Plaintiffs alleging that exposure to glyphosate caused their non-Hodgkin lymphoma face a “daunting challenge” in holding Monsanto responsible for their illnesses, a federal judge said Tuesday in a ruling that clears the way for the next phase of litigation against the chemical company.

Although the plaintiffs won – U.S. District Judge Vince Chhabria said their lawsuits can proceed – the judge said it was a close call.

“The question at this early phase in the proceedings – the ‘general causation’ phase – is whether a reasonable jury could conclude that glyphosate … can cause non-Hodgkin lymphoma (NHL) at exposure levels people realistically may have experienced,” Chhabria said. “If the answer is yes, the case moves to the next phase, which addresses whether each particular plaintiff's NHL was caused by glyphosate. If the answer is no, none of the plaintiffs' cases may proceed.”

Chhabria answered yes, but not without offering some criticism of the plaintiffs’ case. He excluded two of the plaintiffs’ six experts from presenting testimony and said one could only offer testimony at individual trials, if the case gets that far.

As for the three experts who were cleared to offer testimony, Chhabria called their opinions “shaky,” but admissible.

“We’re pleased with the result,” Monsanto Vice President Scott Partridge said in a brief telephone interview Tuesday after the decision was released. He could not say whether the company would appeal, noting that the opinion had just been released and there was “much to digest.”

Partridge said the plaintiffs’ burden at this early stage of the case was “extremely light” and the plaintiffs’ experts were able to provide “a bit more than a scintilla of evidence” to support their arguments that glyphosate causes cancer in humans.

In a statement, Partridge pointed to Chhabria's opinion, which said that "the evidence of a causal link between glyphosate exposure and NHL in the human population seems rather weak." Chhabria also said that the federal government's Agricultural Health Study "suggests no link at all." 

Vince Chhabria

Judge Vince Chhabria

Plaintiffs’ attorney Robin Greenwald of Weitz & Luxenberg, one of three co-lead counsel, said she is “extremely happy that (the plaintiffs) are going to be able to present their case.”

“I’m very thankful that the judge is letting us do that. This is very important for our clients,” she said.

Plaintiffs’ attorney Brent Wisner of Baum Hedlund said, “Many of our clients are actively suffering from cancer so we are going to aggressively pursue their claims in the (federal litigation) and in state court.”

Greenwald said she’s confident that her clients will win once they are able to present specific evidence that glyphosate caused their NHL. “I think that we will prevail in these cases,” she said.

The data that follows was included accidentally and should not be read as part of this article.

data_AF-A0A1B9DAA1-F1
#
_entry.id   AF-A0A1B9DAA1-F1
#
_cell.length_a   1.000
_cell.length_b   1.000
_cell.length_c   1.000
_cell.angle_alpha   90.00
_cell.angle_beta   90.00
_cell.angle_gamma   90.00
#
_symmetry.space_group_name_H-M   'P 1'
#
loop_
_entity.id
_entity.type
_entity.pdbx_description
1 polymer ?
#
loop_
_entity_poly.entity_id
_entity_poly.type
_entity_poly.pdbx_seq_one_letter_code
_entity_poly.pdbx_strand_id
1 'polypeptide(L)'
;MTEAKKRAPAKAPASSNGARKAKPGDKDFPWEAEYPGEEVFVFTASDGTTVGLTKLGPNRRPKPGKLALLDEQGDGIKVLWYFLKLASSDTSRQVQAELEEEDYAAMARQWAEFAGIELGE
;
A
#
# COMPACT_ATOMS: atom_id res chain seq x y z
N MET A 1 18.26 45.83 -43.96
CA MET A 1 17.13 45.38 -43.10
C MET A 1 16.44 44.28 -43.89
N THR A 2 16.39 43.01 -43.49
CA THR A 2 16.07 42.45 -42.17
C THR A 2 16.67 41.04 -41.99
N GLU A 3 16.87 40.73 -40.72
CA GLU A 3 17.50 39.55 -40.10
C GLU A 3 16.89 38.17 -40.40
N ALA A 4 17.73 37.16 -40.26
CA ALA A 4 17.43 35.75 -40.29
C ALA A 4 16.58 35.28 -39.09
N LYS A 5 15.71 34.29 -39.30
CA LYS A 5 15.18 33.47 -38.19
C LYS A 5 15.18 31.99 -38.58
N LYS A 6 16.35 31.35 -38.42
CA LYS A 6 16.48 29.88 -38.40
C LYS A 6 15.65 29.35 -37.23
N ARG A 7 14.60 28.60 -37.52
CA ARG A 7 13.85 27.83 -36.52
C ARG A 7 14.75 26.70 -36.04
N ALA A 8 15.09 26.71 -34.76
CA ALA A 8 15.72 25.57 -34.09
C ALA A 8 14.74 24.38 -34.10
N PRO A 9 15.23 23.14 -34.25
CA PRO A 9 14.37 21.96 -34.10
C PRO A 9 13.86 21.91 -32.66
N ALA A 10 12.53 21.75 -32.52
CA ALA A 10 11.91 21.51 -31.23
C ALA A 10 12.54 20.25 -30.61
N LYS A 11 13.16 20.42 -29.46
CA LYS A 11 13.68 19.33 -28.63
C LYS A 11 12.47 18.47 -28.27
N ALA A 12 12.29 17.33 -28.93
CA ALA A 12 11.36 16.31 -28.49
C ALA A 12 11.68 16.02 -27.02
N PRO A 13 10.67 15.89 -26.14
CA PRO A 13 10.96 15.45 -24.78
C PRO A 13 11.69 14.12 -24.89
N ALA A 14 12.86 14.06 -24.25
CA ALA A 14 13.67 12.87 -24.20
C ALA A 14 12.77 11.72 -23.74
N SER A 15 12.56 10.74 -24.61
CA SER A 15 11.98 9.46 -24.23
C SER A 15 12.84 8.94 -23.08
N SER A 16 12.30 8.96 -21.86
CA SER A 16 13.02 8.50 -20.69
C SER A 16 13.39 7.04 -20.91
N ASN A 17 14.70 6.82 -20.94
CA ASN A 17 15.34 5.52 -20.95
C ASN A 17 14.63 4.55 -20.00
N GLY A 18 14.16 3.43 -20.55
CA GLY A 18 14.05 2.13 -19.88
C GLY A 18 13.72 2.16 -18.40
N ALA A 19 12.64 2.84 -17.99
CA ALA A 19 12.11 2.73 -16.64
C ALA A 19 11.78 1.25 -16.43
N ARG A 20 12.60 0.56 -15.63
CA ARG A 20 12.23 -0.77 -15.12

What happens next is unclear, said Greenwald, who was loath to speculate about the next steps, which are up to the judge. There will be more motions, more discovery and more discussions between the lawyers and the judge to determine the best way to handle the more than 450 individual complaints consolidated before Chhabria.

In his opinion, Chabbria said the conclusion of the International Agency for Research on Cancer – an arm of the World Health Organization – in 2015 that glyphosate probably causes cancer in humans did not provide enough evidence for the case to get to the next phase.

“Throughout much of this case, the plaintiffs seem to have operated under the assumption that they can clear the general causation hurdle simply by showing that IARC’s decision to designate glyphosate a probable human carcinogen is scientifically sound,” he said.

But IARC’s inquiry was conducted “at a higher level of generality than what the court must do here,” Chhabria said. “Here, although there is no need to specify precisely the circumstances under which each plaintiff was exposed to glyphosate, only evidence supporting the conclusion that glyphosate causes NHL in doses within the realistic realm of actual human exposure can get the plaintiffs past summary judgment.”

Chhabria did not exclude any of Monsanto’s experts, who he said “reasonably consider” the most recent Agricultural Health Study publication showing no association between glyphosate and NHL, “to be the most powerful evidence regarding the relationship.”

The decision came out a day after a trial began in California state court involving a former landscaper who alleges exposure to glyphosate caused his NHL. Thousands of people have sued Monsanto in state court.

Glyphosate is the active ingredient in Monsanto's Roundup, the most widely used weedkiller in the world.

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